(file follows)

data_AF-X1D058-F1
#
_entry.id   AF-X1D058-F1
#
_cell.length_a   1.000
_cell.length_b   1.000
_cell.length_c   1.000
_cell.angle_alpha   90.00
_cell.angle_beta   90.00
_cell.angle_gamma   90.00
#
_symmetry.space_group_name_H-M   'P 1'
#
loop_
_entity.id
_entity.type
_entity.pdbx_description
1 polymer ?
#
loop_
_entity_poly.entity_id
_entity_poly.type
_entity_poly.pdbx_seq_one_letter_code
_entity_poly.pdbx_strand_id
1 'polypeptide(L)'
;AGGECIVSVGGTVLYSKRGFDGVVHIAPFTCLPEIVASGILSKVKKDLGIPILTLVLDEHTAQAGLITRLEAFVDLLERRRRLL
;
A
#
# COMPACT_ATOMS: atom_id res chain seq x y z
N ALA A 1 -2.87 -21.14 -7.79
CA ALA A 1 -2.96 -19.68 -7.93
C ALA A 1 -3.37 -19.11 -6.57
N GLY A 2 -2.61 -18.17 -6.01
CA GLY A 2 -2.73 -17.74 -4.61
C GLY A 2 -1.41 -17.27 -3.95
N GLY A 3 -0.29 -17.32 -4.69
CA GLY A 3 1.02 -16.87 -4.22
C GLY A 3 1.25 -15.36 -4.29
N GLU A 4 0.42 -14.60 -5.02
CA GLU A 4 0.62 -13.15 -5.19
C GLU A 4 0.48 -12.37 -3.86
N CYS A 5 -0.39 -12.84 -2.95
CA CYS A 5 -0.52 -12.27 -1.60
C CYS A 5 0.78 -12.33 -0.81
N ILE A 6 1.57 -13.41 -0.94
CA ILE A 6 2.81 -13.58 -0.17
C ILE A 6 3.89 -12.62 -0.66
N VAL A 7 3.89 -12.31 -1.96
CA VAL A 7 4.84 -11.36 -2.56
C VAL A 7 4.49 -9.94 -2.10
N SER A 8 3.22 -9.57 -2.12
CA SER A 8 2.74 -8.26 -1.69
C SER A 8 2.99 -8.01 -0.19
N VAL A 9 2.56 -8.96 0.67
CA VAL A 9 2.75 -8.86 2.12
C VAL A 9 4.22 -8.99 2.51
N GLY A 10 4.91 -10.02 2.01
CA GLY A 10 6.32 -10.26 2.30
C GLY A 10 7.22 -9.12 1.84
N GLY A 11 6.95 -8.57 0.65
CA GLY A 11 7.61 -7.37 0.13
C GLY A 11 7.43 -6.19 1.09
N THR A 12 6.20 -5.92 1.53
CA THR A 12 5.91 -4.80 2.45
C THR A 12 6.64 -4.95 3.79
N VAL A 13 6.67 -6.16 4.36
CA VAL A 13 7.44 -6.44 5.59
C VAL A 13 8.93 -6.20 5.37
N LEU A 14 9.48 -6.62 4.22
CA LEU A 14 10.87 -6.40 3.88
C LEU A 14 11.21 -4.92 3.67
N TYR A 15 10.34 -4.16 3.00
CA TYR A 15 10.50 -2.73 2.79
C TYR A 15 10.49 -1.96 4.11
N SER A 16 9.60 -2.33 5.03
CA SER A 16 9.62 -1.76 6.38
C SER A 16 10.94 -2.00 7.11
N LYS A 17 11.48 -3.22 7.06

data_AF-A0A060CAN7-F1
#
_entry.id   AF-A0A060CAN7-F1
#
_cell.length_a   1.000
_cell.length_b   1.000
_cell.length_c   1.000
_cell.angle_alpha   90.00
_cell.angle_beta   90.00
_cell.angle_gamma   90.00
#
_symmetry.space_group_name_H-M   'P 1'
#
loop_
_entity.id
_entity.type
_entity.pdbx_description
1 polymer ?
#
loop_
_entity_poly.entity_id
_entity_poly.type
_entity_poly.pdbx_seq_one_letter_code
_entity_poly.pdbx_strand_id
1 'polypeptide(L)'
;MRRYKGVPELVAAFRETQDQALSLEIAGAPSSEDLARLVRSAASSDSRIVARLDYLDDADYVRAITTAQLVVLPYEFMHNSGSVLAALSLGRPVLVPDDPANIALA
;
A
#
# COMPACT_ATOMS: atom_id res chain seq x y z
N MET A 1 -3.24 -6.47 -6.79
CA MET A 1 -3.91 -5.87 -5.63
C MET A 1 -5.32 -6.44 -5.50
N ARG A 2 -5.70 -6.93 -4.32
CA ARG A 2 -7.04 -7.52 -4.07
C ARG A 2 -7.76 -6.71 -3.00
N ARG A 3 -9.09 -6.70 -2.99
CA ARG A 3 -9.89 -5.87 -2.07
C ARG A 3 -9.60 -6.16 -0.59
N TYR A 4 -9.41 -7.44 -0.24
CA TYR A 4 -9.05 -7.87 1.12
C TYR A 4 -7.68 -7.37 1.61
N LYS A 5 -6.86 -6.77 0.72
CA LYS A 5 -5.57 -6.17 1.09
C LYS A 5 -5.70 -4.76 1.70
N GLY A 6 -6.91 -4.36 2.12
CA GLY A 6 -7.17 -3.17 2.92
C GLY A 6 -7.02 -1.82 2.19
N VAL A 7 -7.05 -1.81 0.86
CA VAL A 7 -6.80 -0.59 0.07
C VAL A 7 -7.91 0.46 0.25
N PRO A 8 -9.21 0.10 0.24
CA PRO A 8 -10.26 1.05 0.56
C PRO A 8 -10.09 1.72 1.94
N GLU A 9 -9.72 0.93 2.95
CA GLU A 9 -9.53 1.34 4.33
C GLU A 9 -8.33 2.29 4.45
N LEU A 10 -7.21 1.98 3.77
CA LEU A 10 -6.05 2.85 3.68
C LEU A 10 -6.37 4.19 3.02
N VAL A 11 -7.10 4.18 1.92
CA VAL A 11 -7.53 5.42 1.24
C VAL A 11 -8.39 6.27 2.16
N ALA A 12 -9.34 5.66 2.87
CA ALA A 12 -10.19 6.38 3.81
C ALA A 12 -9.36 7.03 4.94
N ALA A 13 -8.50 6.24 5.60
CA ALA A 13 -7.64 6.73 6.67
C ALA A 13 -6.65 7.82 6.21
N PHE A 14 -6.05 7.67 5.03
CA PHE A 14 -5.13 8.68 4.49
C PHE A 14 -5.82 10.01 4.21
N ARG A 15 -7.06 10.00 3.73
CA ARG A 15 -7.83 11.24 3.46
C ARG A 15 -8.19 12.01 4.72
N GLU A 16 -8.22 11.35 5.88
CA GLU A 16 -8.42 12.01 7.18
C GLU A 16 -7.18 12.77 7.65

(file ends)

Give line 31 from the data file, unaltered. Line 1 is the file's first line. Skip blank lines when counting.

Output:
N ALA A 1 -2.87 -21.14 -7.79